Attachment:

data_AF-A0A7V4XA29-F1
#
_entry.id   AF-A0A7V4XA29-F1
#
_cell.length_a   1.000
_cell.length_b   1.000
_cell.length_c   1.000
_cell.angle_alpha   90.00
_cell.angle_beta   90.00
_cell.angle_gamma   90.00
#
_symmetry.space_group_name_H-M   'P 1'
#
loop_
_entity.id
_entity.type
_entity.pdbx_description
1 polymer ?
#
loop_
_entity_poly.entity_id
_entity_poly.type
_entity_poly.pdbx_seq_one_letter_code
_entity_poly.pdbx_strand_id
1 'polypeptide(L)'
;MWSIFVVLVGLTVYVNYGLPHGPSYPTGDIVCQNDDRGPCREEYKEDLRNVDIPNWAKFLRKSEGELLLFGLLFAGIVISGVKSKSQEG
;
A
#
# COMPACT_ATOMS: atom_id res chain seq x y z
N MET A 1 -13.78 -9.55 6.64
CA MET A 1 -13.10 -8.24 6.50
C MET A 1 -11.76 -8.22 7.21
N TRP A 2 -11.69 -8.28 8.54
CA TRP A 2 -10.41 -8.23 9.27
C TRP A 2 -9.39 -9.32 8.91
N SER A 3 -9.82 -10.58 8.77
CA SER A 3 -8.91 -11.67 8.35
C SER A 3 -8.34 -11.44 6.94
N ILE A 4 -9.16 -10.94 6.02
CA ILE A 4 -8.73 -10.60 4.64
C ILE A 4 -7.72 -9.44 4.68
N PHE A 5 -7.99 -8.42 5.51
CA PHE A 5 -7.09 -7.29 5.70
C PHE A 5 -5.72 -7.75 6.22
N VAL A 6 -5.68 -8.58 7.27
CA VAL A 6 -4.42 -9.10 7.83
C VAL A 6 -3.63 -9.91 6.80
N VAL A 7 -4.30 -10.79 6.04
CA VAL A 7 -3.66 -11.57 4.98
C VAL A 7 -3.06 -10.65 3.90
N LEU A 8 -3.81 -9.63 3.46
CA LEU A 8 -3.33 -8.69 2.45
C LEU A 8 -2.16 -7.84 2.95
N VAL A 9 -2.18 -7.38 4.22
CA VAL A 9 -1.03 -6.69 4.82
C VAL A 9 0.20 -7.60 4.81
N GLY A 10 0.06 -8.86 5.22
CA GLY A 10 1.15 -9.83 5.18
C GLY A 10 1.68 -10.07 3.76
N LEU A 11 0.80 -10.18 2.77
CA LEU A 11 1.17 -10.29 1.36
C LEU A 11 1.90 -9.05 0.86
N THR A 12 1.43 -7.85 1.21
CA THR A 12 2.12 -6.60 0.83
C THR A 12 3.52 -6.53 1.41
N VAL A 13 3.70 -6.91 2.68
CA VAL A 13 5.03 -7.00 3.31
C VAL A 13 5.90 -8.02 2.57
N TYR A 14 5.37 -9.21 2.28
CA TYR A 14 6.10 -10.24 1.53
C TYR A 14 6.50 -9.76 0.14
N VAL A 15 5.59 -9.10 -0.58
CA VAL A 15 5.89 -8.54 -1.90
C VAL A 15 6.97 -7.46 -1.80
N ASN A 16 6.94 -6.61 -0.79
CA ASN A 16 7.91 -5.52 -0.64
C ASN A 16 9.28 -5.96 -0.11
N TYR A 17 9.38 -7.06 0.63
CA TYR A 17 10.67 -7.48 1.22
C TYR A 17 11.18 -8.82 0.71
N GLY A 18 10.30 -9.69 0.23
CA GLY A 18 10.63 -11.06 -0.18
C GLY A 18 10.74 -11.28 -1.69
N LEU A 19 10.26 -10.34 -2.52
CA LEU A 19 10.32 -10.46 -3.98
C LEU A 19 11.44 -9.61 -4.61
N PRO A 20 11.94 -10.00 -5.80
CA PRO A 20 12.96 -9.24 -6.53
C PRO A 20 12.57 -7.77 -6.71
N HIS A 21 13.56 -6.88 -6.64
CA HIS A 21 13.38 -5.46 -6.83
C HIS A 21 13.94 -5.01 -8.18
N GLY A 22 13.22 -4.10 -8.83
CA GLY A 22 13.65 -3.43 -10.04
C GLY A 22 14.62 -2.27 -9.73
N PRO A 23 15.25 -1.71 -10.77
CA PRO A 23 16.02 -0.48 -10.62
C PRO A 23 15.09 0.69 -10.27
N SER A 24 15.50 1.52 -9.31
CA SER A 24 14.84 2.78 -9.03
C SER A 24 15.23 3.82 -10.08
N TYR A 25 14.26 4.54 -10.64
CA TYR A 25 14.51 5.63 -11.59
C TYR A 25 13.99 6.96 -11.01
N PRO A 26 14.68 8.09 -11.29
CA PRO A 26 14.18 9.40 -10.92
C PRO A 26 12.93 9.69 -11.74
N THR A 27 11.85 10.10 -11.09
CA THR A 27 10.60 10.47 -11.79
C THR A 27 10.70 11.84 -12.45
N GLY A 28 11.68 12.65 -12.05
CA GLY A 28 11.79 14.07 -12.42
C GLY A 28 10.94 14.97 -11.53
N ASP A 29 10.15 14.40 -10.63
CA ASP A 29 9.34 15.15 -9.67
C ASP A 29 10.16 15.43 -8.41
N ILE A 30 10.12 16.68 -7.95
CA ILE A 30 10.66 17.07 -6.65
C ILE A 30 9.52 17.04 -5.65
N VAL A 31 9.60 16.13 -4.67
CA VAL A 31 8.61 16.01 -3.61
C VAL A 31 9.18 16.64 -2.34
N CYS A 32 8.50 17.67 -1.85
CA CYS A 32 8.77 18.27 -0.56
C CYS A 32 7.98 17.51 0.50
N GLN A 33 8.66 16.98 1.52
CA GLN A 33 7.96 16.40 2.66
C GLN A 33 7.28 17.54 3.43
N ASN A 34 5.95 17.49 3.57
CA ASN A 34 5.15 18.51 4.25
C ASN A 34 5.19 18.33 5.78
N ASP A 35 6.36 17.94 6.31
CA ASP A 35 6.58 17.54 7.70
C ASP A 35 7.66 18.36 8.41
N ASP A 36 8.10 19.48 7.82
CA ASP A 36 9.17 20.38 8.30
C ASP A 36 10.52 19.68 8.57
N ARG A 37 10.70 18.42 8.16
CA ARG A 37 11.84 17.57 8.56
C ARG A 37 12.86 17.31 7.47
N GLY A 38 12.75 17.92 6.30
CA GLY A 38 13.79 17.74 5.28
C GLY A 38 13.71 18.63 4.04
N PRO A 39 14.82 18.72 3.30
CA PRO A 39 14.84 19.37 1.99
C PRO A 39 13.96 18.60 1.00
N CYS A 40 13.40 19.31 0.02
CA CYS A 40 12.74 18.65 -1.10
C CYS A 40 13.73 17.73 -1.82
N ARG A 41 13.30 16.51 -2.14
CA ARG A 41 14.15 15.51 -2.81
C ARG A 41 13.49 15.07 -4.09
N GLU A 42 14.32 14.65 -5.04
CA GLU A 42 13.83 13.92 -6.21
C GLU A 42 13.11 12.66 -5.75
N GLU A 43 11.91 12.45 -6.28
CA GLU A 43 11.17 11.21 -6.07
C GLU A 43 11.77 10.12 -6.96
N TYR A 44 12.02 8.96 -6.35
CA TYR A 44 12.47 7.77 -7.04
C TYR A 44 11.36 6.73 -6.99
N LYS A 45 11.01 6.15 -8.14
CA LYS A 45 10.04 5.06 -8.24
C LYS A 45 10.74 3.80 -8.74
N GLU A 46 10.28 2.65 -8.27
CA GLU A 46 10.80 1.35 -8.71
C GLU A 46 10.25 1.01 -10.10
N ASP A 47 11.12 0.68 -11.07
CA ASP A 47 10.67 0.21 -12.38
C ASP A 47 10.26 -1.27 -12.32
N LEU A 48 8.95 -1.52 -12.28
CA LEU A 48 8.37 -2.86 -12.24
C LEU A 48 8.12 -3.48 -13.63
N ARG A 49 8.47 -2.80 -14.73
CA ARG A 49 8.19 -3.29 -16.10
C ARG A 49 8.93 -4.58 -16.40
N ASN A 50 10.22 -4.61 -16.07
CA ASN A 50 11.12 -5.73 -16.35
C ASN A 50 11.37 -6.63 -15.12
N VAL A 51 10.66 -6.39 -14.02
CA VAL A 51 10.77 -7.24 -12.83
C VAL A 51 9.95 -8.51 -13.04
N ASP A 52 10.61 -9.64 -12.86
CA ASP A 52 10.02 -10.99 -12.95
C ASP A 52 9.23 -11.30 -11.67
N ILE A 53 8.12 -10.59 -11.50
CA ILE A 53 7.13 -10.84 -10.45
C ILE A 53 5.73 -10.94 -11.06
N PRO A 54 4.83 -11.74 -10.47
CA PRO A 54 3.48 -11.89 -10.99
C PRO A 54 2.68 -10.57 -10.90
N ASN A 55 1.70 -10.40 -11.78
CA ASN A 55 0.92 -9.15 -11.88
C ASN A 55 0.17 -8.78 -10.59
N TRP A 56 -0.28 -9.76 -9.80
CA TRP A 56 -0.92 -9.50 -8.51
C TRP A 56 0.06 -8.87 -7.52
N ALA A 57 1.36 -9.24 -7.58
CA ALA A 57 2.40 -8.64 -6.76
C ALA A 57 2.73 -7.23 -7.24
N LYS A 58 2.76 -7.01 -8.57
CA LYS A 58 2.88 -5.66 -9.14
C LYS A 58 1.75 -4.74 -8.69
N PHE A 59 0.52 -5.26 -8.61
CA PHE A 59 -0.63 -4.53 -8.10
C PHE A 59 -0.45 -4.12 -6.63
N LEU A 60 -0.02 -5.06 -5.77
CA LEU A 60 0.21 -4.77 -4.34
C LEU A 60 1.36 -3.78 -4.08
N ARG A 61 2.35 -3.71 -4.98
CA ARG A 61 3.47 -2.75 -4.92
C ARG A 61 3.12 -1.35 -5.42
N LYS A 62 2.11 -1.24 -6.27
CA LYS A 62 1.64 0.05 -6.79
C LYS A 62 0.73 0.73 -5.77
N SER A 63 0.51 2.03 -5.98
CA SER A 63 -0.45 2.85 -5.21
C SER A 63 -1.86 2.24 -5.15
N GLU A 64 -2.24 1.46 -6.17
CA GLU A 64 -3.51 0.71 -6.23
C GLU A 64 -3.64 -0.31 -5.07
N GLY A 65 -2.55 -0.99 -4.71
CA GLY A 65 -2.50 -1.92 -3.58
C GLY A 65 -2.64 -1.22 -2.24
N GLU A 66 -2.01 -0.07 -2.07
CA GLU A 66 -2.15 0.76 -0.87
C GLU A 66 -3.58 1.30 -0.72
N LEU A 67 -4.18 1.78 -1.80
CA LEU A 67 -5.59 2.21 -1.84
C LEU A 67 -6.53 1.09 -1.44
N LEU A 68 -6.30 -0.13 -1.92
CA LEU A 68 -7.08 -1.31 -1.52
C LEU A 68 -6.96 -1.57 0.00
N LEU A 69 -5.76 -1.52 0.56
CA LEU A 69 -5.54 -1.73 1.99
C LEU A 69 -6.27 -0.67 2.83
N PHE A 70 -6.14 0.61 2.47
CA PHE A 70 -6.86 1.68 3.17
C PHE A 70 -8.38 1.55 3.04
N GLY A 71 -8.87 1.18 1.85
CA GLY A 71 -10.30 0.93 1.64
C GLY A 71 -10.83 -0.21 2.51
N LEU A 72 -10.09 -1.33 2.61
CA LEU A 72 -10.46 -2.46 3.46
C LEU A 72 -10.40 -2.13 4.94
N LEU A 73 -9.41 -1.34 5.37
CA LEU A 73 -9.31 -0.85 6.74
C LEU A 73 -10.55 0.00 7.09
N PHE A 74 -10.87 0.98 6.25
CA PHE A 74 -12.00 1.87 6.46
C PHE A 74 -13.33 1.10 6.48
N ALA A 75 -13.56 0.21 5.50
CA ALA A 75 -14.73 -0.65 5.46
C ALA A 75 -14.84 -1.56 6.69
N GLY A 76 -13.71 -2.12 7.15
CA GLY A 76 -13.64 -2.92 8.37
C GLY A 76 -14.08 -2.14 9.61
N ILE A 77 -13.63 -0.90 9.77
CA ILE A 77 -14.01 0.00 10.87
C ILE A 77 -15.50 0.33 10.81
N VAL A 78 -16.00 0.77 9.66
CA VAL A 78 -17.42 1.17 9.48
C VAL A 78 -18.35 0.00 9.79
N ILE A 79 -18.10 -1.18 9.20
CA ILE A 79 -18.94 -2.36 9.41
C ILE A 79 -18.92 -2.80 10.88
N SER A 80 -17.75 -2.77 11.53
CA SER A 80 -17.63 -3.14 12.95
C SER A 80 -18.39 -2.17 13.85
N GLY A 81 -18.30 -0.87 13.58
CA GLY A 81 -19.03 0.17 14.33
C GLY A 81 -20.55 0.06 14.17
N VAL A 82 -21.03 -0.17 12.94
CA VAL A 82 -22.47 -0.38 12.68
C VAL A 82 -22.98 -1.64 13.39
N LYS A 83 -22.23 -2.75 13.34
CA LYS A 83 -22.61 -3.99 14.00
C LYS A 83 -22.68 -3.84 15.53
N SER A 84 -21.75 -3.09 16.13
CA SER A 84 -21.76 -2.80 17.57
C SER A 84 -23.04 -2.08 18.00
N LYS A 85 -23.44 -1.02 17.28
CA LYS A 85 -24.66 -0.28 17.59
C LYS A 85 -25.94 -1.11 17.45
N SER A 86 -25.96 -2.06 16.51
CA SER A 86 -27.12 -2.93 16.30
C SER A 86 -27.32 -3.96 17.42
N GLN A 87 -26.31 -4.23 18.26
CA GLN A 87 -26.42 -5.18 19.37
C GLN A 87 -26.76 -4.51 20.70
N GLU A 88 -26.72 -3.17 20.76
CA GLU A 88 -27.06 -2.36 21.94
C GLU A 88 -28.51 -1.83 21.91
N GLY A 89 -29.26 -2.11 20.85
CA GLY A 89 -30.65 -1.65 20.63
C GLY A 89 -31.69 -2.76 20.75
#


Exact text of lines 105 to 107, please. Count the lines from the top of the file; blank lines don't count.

C TYR A 25 13.99 6.96 -11.01
N PRO A 26 14.68 8.09 -11.29
CA PRO A 26 14.18 9.40 -10.92